The Ukrainian mayor of Kherson was detained in connection with the preparation of the Russian-controlled region for a referendum

The arrest of Igor Kolykhaev comes amid growing efforts by Russian-appointed authorities in the region to strip him of Ukrainian ties, as well as periodic assassination attempts against people collaborating with the Russians.

“I confirm that Kolykhaev has been detained by the commandant’s office,” Katerina Gubareva, an employee of the temporary administration of the Kherson region, said late on Tuesday.

Kolykhaev remained in the city throughout the occupation, but the pro-Russian authorities removed him from his post.

Speaking about his arrest, Kirill Stremousov, deputy head of the military-civilian administration of the Kherson region, said that Kolykhaev “passed himself off as a benefactor,” but “made every effort to ensure that some people continued to believe in the return of neo-Nazism.” . “

Stremousov also claimed, without citing evidence, that Kolykhaev “stole millions, but gave people not a penny.”

“I believe that fair retribution will come to all who want blood, death and war,” he added.

Last week, on Russian television, Stremousov said that Kolykhaev was sabotaging work in the Kherson region.

“We even have Nazis in some areas who control the administration. What’s stopping [us] today from the cleansing of these Nazis and accomplices of fascism?” he said.

Allegations of rape appeared in Russian-occupied Kherson

The first report of Kolykhaev’s detention came from his adviser, Galina Lyashevskaya, who wrote on Facebook on Tuesday that he had arrived “at one of the municipal institutions where the rest of the city executive committee employees worked. As soon as he got out of the car, he was immediately detained by armed Russian guards.”

“They seized the hard drives of computers, opened all the safes, searched the documents,” Lyashevskaya added.

“All this time, Kolykhaev was kept in a separate room in handcuffs under armed guards. After the search, Kolykhaev was put into bus Z and taken away.”

The letter Z is applied to many Russian cars in the occupied territories of Ukraine.

“I am sure that the arrest of Kolykhaev is connected with his refusal to cooperate with the occupation authorities,” Lyashevsky said.

“A few days ago, Kolykhaev received a letter from the “newly appointed” mayor with an invitation to discuss the future “organization of interaction”. He was threatened with arrest for refusing to meet.”

Civilians, as well as two worried meerkats, endure searches and gunfire as they flee Russian-occupied Kherson.
June 13 Kolykhaev repeated that he and the heads of various city departments were still in the city and continued to work, after a man appointed by the Russians as governor of the region, Gennady Laguta, said that Kolykhaev had made the wrong choice by remaining in occupied Kherson.

Sergei Khlan, an adviser to the head of the Kherson civil military administration, told CNN that Kolykhayev is ambivalent about the Russian occupation.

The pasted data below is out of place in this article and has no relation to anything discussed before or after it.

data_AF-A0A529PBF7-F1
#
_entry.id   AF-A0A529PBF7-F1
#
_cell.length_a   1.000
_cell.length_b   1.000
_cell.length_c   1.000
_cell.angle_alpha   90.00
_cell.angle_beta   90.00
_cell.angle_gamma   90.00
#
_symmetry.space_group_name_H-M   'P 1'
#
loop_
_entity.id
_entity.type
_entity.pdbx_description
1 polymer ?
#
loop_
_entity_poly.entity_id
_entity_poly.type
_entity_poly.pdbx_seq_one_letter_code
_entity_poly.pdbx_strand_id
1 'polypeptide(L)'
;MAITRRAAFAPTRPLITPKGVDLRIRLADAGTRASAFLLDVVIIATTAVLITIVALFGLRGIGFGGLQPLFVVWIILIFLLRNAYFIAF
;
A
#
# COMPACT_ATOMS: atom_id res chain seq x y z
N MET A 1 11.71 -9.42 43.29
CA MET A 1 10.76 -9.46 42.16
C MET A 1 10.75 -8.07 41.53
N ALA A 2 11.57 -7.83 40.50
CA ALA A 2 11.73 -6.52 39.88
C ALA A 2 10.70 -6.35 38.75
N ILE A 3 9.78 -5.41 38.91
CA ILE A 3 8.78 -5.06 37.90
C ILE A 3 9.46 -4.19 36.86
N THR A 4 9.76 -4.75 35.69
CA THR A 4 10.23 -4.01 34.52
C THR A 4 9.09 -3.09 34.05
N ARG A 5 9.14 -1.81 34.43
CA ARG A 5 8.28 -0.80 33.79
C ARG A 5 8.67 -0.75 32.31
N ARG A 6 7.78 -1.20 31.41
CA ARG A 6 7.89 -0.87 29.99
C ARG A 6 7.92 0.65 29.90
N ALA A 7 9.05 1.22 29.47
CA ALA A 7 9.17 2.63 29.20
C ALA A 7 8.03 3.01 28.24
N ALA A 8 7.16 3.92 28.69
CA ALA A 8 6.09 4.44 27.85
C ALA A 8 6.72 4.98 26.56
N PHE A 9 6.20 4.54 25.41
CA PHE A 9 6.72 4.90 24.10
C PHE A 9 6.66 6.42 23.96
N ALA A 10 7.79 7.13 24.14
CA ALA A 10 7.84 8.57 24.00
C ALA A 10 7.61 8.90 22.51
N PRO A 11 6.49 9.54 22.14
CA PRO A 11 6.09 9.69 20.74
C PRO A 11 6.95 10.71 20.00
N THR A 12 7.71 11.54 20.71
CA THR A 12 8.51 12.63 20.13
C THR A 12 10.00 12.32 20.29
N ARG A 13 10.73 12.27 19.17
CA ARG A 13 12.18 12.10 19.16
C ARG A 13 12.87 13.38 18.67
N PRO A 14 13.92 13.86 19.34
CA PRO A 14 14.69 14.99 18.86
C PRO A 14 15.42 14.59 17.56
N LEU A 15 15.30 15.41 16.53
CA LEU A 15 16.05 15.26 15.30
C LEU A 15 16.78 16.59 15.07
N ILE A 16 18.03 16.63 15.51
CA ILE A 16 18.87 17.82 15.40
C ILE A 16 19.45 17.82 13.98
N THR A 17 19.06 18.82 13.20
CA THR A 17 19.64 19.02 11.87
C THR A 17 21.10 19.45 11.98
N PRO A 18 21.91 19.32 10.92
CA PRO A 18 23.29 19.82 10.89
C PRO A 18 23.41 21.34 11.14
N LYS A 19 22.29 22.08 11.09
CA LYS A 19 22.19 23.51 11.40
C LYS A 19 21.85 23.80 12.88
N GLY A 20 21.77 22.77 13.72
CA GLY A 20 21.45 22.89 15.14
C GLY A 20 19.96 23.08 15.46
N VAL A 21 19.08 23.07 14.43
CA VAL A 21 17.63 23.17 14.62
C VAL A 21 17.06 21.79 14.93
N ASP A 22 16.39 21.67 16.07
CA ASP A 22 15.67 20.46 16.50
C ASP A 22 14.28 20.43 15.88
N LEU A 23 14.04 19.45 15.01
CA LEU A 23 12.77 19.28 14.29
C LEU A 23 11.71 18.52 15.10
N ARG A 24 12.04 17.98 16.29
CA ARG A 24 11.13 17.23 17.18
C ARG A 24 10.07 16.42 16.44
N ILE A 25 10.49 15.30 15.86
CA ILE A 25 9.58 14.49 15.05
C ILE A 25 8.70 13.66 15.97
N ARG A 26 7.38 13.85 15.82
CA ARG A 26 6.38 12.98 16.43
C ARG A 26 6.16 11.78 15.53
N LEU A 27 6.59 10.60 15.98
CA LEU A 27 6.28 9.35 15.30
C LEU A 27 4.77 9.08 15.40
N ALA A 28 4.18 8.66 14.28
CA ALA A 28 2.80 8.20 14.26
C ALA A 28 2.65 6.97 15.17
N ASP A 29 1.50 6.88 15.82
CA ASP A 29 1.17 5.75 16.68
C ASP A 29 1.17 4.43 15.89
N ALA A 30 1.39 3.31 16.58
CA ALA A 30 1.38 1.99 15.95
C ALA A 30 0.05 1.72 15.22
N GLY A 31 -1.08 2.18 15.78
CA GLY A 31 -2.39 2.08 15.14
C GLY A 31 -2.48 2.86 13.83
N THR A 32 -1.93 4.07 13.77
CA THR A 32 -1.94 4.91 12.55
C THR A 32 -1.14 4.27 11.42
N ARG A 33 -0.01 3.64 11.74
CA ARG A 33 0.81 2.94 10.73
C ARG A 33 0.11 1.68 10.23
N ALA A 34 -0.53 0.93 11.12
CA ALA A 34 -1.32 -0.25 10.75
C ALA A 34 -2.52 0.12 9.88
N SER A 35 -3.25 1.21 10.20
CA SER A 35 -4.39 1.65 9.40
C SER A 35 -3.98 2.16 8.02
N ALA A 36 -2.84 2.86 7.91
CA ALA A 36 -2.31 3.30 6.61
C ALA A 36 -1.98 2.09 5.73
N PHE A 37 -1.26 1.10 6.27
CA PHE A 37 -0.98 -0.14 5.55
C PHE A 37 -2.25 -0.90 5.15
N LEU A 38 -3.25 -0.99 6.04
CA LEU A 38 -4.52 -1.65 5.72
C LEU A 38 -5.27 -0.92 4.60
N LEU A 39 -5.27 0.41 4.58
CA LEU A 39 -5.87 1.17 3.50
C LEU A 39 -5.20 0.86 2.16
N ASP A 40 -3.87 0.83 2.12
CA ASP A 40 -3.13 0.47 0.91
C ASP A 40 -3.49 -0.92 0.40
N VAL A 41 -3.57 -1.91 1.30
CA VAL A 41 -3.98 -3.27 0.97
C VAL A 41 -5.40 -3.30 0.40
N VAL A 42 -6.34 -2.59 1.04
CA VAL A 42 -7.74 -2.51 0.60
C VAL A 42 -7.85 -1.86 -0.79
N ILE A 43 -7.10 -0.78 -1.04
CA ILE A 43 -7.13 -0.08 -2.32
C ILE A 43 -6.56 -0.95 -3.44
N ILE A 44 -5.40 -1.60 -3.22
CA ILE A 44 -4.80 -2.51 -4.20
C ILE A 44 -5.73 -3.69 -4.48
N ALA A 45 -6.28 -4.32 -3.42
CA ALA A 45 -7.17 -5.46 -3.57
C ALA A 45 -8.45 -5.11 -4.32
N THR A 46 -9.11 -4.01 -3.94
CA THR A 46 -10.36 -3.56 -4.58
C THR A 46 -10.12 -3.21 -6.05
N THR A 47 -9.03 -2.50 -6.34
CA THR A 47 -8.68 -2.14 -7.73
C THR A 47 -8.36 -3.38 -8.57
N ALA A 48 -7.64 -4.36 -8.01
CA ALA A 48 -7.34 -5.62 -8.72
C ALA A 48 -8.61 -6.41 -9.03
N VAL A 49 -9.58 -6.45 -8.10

“For a while, the Russians even let him sit under Ukrainian flags,” he said.

Hlan said that at the time the occupying authorities insisted that officials enter into contracts with the Russians and be paid in rubles.

“Kolykhaev had a choice. Either sign the betrayal of Ukraine and, finally, openly work with the occupiers, or refuse to cooperate,” he said.

Many days of roadblocks, rockets and

Kolykhaev remained in office for more than two months after the Russian invasion.

In April, he told Ukrainian television: “I have no information about the so-called Kherson People’s Republic. Representatives of local authorities in Kherson are at their workplaces in the city administration.”

Kolykhayev’s arrest follows Monday’s visit to Kherson by Russian MP Alexander Boroday, the former prime minister of the self-proclaimed Donetsk People’s Republic.

Borodai said that he left “with an ambiguous impression, because we understand that somewhere, of course, the city is ours, and somewhere – not quite ours.”

“There is our mayor in Kherson, and there is a pro-Ukrainian mayor,” Borodai said. “The mayor of Kyiv holds meetings, and our mayor holds meetings.

“It seems that our administration is there with Vladimir Saldo [the Russian-appointed mayor]but at the same time, Kherson lives a very double life,” he added.

Borodai said that peace reigned in the city.

“Everything looks very safe, it doesn’t look like Donetsk, Lugansk, Mariupol, Izyum at all – everything looks much better,” he said. “But it is not entirely clear whether our power is there or not. And this needs to be done as soon as possible.”

Thirty-six hours after Borodai’s visit, pro-Russian authorities announced plans to hold a referendum on joining the Kherson region to the Russian Federation.

Some officials in Kherson who were previously detained have been released.

On Wednesday, the public organization “Association of Cities of Ukraine” reported that the heads of two communities of Kherson – Alexander Babich from Hola Pristan and Ivan Samoylenko from Stanislav – were released from captivity.

According to the Association, Babich was detained on March 28 “for a patriotic position”, and Ivan Samoylenko “was captured by the enemy on June 24.”

Earlier this month, Ukrainian authorities said that “more and more people [in Kherson] refuse to cooperate with the occupiers and local collaborators.”

On June 15, the Ukrainian military stated that “occupiers broke into the main building of Kherson State University, captured the rector and took him away in an unknown direction.”